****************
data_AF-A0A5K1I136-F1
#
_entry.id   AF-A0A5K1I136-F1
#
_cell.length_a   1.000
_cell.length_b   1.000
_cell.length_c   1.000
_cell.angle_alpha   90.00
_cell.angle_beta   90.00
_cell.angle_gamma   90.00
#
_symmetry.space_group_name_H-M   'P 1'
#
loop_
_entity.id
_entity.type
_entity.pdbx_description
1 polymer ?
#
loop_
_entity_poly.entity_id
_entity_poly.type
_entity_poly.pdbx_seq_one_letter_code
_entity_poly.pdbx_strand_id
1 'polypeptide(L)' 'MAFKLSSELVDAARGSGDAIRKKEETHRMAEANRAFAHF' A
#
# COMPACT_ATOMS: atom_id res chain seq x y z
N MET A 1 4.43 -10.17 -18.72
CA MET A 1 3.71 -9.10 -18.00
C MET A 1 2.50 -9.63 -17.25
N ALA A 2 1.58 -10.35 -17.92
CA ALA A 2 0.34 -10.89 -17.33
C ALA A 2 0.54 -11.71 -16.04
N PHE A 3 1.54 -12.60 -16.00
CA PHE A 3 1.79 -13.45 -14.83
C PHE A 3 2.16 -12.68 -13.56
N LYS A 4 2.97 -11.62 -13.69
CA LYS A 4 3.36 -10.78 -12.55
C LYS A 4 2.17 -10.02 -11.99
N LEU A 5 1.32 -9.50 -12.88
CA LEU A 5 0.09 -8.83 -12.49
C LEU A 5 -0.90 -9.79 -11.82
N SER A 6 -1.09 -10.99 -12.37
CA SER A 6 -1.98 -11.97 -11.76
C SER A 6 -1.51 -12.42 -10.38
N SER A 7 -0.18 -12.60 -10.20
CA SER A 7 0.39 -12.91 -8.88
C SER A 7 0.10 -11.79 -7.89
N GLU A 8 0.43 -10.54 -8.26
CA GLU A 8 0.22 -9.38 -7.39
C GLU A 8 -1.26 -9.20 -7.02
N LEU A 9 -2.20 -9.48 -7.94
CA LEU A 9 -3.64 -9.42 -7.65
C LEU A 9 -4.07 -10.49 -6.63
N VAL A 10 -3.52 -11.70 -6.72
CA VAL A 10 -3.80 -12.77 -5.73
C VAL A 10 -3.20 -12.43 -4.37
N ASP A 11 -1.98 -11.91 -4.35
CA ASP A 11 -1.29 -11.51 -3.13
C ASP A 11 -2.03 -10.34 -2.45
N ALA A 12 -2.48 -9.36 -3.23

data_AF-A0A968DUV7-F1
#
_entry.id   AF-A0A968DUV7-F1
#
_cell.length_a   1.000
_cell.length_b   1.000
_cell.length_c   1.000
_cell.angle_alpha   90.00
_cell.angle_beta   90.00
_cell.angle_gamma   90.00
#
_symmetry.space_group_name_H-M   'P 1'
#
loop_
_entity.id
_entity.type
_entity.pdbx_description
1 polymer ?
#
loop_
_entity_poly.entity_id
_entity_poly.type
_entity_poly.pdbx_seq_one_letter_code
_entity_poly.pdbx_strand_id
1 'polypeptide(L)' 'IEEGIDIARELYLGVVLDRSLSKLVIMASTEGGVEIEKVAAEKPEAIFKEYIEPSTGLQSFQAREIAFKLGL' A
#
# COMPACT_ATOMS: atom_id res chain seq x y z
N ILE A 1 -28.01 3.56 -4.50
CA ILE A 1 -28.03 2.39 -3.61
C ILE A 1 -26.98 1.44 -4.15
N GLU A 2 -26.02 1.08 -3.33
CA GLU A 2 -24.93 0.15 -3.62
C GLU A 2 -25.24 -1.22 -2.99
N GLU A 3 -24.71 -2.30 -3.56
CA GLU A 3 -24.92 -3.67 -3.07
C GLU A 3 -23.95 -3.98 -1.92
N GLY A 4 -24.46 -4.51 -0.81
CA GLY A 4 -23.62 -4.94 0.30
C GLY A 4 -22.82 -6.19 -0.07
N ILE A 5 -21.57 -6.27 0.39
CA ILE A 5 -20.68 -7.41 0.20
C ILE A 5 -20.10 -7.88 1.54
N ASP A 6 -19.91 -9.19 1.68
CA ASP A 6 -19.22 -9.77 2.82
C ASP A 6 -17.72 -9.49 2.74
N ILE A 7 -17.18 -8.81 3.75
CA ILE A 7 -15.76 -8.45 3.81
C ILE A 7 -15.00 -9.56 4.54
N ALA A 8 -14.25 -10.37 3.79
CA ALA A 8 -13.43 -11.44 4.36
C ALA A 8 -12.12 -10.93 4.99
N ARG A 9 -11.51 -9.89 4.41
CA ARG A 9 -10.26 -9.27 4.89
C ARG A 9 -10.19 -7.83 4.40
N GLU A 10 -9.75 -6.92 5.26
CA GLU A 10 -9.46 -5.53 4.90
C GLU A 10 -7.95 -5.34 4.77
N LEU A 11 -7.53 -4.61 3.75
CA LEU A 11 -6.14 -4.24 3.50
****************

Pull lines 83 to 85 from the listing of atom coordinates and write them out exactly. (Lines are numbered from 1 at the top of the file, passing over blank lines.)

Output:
_entity_poly.type
_entity_poly.pdbx_seq_one_letter_code
_entity_poly.pdbx_strand_id